My theme for the Blogging from A to Z challenge is Creativity. As I mentioned in another post, to be creative, one needs to think outside the box. And Italian painter and sculptor Umberto Boccioni did just that. Born in 1882, Boccioni was at the forefront of the revolutionary Futurist movement.
Though the movement was founded in 1909 by F.T. Marinetti, Boccioni was one of the first to incorporate Marinetti’s ideas into the visual arts.
The Futurists were interested in technology, and their work depicted the movement of a modern dynamic urban environment with such subjects as working people, electricity, and speeding trains. The Futurists dreamed of Italy becoming the epitome of a technologically advanced society.
One of Boccioni’s most famous paintings is The City Rises. The painting, almost ten feet wide, shows workers constructing an electric power plant. Not only was the subject matter new for the era, but the style was also ahead of its time with Boccioni’s brushwork and abstract qualities to his painting.
In 1912, Boccioni switched from painting to sculpture, creating what are considered some of the most important sculptures of the Futurist movement. Below, his bronze sculpture Unique Forms of Continuity in Space again shows a style that could have been created by a modern-day sculptor.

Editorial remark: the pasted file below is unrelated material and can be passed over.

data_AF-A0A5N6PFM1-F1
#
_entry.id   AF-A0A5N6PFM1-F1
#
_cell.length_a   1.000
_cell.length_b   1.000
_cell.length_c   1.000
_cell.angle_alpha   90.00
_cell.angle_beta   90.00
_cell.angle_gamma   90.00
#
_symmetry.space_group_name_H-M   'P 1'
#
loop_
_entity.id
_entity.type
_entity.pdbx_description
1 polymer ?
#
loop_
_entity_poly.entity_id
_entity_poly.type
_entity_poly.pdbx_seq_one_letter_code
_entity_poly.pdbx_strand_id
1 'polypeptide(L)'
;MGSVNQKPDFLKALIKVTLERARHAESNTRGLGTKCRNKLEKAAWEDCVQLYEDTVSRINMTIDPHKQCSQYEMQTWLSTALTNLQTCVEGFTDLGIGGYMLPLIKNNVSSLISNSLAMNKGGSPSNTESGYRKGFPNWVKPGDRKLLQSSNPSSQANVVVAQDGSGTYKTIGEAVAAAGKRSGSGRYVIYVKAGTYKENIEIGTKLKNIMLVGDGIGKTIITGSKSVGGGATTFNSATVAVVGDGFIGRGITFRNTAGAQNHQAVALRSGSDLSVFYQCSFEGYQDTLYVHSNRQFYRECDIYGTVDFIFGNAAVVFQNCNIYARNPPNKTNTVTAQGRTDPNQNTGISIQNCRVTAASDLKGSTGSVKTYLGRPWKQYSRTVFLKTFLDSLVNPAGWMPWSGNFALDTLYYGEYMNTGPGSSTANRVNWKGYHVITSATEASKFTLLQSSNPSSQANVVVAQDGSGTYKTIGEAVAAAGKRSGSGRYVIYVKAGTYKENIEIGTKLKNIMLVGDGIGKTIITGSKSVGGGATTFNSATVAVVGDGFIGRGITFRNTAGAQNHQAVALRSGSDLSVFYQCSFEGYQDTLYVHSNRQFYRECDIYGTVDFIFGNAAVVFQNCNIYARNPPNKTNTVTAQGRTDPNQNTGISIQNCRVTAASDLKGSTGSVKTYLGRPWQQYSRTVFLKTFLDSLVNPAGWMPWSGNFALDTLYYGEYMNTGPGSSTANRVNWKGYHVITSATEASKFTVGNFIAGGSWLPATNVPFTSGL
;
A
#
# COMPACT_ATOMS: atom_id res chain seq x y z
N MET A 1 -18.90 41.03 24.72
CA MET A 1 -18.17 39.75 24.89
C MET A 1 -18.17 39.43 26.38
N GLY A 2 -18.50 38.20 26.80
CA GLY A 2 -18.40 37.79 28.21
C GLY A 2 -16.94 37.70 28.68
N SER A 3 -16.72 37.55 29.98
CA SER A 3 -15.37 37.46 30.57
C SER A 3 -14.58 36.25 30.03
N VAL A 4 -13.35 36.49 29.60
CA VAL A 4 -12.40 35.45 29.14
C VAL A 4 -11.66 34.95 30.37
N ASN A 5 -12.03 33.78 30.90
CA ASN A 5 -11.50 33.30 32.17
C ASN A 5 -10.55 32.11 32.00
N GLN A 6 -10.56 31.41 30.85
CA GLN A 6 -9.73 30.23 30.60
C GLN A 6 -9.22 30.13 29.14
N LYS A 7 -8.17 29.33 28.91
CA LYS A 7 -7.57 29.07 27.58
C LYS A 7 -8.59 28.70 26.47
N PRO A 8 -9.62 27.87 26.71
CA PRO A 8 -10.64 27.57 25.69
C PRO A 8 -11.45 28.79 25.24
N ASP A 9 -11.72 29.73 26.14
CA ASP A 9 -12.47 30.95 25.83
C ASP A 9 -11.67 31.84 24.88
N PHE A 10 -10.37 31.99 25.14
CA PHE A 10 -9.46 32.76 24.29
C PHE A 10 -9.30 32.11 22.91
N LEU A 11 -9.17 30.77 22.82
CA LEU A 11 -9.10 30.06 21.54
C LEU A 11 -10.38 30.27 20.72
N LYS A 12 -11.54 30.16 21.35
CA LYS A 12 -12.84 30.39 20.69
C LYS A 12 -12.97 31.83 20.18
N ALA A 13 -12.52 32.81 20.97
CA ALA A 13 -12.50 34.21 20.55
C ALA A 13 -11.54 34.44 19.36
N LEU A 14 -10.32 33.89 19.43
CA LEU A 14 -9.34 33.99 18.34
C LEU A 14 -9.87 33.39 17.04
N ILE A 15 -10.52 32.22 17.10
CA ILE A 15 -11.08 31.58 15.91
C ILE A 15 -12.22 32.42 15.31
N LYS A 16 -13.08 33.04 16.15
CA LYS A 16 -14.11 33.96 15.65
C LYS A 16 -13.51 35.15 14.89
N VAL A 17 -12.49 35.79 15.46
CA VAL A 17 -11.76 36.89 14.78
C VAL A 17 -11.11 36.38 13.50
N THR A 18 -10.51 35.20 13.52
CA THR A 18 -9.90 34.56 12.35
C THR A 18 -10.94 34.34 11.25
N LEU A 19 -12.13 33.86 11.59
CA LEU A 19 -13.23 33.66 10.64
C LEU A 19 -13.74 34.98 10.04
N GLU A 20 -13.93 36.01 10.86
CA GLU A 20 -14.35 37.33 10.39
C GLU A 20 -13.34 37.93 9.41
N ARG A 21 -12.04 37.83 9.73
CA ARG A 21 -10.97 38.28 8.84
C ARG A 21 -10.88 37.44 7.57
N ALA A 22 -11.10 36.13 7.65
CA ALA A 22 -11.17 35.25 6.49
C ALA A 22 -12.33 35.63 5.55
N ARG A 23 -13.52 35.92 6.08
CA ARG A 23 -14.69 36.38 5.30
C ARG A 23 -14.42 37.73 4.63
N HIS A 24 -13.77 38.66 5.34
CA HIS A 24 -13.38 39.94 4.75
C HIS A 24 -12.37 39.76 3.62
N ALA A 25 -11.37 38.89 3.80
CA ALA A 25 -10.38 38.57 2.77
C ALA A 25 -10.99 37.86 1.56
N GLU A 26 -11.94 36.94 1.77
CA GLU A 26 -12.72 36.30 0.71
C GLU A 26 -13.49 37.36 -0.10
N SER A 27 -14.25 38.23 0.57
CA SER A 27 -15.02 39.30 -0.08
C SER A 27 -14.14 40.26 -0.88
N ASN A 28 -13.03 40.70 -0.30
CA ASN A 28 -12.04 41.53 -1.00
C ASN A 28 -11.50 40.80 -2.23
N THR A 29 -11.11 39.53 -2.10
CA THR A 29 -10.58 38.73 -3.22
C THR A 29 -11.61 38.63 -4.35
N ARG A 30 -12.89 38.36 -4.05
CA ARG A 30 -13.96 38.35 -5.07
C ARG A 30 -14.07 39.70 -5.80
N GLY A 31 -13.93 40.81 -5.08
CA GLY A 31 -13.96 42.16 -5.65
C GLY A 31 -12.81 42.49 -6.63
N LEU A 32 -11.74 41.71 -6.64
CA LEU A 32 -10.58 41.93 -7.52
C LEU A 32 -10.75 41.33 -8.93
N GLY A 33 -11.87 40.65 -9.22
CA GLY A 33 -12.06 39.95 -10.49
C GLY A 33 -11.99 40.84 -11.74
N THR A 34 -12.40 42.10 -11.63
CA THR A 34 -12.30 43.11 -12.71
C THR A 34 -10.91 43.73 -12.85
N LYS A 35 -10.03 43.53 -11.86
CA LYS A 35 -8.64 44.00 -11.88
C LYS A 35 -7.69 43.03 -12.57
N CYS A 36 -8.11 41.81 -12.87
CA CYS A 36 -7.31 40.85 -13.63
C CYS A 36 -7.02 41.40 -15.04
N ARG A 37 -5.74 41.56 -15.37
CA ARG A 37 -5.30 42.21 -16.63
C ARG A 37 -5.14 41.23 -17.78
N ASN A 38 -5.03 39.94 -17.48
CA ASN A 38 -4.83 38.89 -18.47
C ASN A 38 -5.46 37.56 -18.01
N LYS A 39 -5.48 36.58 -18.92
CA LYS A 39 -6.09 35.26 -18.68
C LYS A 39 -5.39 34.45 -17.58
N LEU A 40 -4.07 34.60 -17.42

Boccioni tragically died in 1916 at the age of 33 when, after being drafted into the Italian army during WWI, he was trampled by a horse during a training exercise.
New York Times Art Critic Grace Glueck once wrote:
“In the brief life span of the Italian Futurist movement, the short-lived Umberto Boccioni was a blazing comet. … Boccioni was a fiery theoretician of the movement, drafting two Futurist manifestoes in 1910 and 1912 that exalted the force and energy of contemporary life.”
For me, Boccioni is another example of an artist who thought outside the box, who was dauntless in his pursuit of his creativity, and who trusted himself completely.